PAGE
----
Brandtone is an award-winning mobile marketing Company headquartered in Ireland that conducts campaigns in emerging markets for brands including Unilever, Syngenta, SAB-Miller, Kellogg’s, Knorr, PepsiCo, BP and others.
Brandtone can help entrepreneurs by connecting consumers with their brands using a mobile, following its values-driven approach. The development of a permissioned database means that brands can begin their relationship with the consumer early, and continue the contact with consumers into the future. This helps to drive brand loyalty, but also keep consumers, and traders engaged; something which is important in a fast growing market.
Africa Outlook (AfO): What key market trends has Brandtone’s data-driven marketing campaigns identified in Africa, and how was this translated into brand success last year?
Donald Fitzmaurice (DF): African markets, in simple terms, operate largely in the same way as a typical emerging market when looking at the key trends. Consumers and traders in these markets have access to one ubiquitous technology: the mobile phone. A key trend has been about transforming mobile connection and technology into relationships between brands or organisations, and the consumer and trader. The difference, though, for African markets is that the needs of the population and the pressures aren’t the same as other emerging markets. We have identified one key area within African markets that could benefit greatly from the values-driven approach we take towards mobile marketing, which is family planning.
As wealth on the African continent increases, the aspirations of the middle-class evolve. The ‘new middle-class’ of Africa desire different things; they are more interested in consumer goods, not only for necessity, but also for luxury. They desire better education for their children, improved healthcare for their families as well as support from financial products that will help them in later life. From these facts alone, it’s clear that the opportunities for entrepreneurs in African markets are vast and only set to increase.
Brandtone has recently announced a partnership with the Bill and Melinda Gates Foundation, to work with family planning products in the Kenyan market. The way we operate our values-driven approach is through three core principles: we always trust the consumer or trader to initiate the interaction, we reward them for buying the product and profiling themselves, and ask for their permission to reengage them in the future. These values are present in every engagement and underpin the transformation of a connection into a relationship.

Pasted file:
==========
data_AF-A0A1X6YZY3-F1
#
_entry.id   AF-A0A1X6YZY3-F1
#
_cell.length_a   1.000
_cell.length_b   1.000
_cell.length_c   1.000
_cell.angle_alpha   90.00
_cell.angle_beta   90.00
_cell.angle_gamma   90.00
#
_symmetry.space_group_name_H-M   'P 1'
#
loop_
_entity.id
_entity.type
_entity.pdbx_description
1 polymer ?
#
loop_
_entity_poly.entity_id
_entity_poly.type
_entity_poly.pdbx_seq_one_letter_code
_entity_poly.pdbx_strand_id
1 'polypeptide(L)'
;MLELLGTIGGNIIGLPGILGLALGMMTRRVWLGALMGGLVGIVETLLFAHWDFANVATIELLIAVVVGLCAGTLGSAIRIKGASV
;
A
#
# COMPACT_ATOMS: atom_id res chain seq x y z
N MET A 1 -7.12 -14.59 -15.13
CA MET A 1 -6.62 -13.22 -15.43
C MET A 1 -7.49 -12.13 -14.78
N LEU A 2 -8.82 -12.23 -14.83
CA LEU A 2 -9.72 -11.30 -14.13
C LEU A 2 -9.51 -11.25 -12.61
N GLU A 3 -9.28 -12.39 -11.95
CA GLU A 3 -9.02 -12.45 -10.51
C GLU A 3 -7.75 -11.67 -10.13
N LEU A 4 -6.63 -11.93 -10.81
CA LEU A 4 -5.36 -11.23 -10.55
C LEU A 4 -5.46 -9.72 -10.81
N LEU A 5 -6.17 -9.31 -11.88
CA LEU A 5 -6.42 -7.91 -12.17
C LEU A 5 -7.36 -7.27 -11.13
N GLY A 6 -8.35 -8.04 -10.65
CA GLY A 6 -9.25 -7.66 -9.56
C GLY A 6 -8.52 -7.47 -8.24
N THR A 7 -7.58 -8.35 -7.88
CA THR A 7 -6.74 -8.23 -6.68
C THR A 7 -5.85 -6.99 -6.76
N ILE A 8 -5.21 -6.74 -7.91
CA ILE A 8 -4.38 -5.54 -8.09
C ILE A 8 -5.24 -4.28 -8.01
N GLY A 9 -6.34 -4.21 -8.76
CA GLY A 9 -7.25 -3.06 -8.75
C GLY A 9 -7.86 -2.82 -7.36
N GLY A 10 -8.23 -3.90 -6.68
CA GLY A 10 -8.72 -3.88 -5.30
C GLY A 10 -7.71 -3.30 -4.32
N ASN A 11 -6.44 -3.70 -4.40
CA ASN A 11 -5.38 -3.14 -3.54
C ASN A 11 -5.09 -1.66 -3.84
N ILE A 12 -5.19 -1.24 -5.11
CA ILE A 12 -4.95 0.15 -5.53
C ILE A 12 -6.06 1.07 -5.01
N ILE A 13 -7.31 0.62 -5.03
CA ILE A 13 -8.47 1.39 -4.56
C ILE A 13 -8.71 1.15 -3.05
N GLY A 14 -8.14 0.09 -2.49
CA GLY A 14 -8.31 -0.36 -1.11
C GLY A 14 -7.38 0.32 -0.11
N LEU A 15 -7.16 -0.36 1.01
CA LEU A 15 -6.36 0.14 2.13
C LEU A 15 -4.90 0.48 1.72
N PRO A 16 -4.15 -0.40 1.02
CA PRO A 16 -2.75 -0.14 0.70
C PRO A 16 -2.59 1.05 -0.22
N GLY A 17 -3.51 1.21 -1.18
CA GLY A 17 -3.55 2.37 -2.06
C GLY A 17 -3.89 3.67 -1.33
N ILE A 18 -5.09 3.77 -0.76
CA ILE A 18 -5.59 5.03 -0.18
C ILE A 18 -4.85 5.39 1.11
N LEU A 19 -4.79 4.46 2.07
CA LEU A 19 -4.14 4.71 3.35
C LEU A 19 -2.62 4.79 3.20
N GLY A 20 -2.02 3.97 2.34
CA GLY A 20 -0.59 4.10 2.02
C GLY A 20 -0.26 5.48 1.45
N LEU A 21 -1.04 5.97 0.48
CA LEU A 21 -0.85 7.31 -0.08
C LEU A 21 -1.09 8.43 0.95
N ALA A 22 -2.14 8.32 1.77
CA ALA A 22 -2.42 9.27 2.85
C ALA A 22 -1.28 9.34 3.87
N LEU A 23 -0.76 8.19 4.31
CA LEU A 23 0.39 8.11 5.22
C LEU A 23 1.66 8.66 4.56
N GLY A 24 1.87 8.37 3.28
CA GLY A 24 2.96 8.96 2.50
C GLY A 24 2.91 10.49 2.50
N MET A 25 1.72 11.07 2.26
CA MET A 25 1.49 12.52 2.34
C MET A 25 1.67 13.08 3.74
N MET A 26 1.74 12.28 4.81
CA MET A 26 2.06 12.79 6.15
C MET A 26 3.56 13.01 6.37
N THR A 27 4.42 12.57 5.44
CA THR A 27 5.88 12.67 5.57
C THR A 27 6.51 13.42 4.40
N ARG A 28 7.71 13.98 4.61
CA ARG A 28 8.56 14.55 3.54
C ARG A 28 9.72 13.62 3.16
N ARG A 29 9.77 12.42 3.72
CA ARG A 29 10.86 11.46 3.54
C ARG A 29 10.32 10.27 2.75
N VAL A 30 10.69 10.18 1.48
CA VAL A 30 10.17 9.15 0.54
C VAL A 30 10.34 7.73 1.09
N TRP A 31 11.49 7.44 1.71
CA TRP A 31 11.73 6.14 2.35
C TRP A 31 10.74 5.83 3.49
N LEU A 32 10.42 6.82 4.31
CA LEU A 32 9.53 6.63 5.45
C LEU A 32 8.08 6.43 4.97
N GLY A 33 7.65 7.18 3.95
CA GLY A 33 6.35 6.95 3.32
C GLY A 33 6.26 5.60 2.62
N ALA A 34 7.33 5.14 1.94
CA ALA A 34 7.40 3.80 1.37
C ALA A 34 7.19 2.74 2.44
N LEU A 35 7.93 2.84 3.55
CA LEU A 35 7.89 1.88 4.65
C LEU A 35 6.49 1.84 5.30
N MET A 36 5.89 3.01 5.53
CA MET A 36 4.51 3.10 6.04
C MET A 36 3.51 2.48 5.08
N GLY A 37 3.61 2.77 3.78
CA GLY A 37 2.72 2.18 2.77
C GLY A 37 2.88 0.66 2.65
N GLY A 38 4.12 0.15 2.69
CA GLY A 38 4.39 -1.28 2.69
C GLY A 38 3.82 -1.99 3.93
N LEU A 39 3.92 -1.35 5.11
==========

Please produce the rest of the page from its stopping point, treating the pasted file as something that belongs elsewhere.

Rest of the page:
AfO: How has technology been helping brands tap into African markets?
DF: Technology, specifically mobile data and big data, will be useful in helping global brands to build direct relationships with consumers in Africa. The largest and most profitable route to market in Africa is the informal retail trade, where the use of big data and technology will help to optimise the performance, as well as provide a better understanding of this channel.
Big data analytics is set to gain some serious momentum in 2016, with businesses using the big data in order to better understand their customer and consumer. For us, this will mean an ability to use mobile and big data to coordinate consumer and trader promotions in a manner that could ultimately lead the way globally.
AfO: What key factors do you personally think make a successful African brand?
DF: A brand that lives the values of the local and regional culture, while delivering products and services that are better than those offered by global competitors.
In order to facilitate this, key engagement tactics will need to involve transforming connections into relationships, irrespective of the channel used to make them, and using mobile technology and data will be a very important way of enabling such connections.
View the full article in January's Africa Outlook magazine here.